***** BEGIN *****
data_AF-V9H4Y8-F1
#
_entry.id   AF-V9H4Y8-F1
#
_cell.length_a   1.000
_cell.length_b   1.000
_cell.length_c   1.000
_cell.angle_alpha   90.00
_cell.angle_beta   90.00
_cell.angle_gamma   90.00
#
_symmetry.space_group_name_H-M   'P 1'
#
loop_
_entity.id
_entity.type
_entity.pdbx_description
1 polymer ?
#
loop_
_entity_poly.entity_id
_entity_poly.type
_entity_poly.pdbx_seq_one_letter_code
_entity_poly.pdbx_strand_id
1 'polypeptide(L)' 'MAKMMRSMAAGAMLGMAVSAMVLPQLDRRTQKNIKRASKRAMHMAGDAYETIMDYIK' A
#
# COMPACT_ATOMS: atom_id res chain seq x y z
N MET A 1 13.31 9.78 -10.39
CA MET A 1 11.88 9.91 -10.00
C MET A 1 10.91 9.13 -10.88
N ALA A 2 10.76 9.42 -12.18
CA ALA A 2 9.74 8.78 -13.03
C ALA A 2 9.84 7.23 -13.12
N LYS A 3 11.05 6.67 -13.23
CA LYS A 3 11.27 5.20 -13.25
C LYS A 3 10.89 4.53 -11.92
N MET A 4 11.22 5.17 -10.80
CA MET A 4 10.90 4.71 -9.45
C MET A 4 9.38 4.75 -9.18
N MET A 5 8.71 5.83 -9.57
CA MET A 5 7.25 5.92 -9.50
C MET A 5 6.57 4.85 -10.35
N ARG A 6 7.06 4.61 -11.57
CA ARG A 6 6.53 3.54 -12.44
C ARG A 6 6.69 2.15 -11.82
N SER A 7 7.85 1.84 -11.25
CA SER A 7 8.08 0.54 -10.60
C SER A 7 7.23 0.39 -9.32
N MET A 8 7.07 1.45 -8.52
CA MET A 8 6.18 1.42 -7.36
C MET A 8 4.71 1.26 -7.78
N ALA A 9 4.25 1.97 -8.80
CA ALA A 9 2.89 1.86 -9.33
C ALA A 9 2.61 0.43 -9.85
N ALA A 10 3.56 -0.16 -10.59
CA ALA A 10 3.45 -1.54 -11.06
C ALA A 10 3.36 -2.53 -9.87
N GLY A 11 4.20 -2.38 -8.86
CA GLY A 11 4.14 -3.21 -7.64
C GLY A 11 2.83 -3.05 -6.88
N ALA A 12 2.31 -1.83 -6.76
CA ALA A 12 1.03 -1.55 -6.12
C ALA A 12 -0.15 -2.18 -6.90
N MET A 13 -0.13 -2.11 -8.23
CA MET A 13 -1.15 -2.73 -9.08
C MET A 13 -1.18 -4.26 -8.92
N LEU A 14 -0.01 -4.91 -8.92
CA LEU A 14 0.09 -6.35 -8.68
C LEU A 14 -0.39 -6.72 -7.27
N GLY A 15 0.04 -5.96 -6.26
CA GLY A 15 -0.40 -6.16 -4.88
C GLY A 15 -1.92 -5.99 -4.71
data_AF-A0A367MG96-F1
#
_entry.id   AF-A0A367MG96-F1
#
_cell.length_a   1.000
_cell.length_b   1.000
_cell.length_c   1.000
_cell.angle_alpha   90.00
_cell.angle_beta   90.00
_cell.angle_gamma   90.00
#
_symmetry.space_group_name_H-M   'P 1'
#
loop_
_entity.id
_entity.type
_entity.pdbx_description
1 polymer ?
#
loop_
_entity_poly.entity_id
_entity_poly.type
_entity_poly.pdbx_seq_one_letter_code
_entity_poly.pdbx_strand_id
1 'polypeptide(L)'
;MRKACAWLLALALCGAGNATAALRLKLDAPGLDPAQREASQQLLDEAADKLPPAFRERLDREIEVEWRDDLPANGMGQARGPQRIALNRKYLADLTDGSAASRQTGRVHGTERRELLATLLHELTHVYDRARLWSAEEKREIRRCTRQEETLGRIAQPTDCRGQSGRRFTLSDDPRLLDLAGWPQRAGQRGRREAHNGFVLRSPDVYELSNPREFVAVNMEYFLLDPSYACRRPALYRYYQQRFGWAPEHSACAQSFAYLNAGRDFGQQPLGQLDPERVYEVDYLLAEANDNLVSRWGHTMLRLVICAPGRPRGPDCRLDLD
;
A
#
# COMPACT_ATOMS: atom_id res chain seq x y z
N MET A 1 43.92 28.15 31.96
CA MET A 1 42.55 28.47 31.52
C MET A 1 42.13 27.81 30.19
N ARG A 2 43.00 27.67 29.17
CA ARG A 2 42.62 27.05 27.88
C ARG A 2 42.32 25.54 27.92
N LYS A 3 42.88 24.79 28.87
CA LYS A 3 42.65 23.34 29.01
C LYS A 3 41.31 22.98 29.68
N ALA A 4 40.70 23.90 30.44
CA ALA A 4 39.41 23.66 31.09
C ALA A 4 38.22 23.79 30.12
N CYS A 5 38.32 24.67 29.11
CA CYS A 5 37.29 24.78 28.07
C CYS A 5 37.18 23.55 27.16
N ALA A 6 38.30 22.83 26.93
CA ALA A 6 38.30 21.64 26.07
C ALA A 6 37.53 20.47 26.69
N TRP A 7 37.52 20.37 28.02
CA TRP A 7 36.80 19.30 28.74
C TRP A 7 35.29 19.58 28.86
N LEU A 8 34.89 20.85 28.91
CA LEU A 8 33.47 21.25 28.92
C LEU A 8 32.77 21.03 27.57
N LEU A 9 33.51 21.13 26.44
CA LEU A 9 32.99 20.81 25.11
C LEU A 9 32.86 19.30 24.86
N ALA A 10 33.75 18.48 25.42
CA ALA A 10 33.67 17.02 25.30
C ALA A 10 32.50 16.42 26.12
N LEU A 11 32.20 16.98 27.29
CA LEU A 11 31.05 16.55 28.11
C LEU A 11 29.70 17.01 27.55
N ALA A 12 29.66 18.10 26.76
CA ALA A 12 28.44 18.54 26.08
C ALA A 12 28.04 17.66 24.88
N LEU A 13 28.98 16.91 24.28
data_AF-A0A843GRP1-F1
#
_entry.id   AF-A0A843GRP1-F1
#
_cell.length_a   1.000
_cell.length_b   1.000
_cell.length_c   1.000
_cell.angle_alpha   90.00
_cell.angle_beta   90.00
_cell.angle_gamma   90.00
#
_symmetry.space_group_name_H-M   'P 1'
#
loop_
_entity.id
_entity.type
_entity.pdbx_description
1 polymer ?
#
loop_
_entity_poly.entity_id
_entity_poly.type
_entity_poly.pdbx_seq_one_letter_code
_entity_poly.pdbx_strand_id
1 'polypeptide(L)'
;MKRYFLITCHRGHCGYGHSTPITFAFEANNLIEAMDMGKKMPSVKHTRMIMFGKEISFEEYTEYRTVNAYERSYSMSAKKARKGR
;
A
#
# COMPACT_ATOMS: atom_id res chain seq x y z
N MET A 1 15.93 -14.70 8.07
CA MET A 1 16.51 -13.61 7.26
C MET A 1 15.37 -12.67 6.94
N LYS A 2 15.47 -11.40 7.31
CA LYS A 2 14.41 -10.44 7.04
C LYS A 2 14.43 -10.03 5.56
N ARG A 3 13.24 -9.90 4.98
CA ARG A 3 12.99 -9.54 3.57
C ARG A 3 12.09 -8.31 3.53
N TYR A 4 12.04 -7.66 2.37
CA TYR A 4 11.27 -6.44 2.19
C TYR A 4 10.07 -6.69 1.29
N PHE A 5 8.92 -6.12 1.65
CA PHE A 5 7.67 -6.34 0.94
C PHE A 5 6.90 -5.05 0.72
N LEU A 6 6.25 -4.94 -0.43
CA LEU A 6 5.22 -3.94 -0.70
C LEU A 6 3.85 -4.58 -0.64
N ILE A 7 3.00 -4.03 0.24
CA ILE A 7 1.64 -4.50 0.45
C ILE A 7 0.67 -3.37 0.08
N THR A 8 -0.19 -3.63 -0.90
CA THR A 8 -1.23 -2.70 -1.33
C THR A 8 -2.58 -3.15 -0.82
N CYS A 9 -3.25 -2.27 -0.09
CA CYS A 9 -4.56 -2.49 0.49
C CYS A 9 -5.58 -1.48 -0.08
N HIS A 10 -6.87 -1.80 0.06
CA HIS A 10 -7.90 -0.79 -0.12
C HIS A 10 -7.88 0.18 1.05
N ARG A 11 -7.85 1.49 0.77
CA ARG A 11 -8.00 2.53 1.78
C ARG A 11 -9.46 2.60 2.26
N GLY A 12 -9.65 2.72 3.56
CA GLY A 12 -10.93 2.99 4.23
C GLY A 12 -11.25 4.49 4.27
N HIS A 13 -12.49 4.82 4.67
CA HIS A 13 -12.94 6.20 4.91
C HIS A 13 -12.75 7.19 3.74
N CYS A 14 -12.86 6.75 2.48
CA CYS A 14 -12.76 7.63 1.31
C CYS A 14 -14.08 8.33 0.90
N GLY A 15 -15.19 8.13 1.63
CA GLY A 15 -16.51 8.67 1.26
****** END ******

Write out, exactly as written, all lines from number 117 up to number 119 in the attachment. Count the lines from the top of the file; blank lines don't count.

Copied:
C CYS A 5 37.18 23.55 27.16
N ALA A 6 38.30 22.83 26.93
CA ALA A 6 38.30 21.64 26.07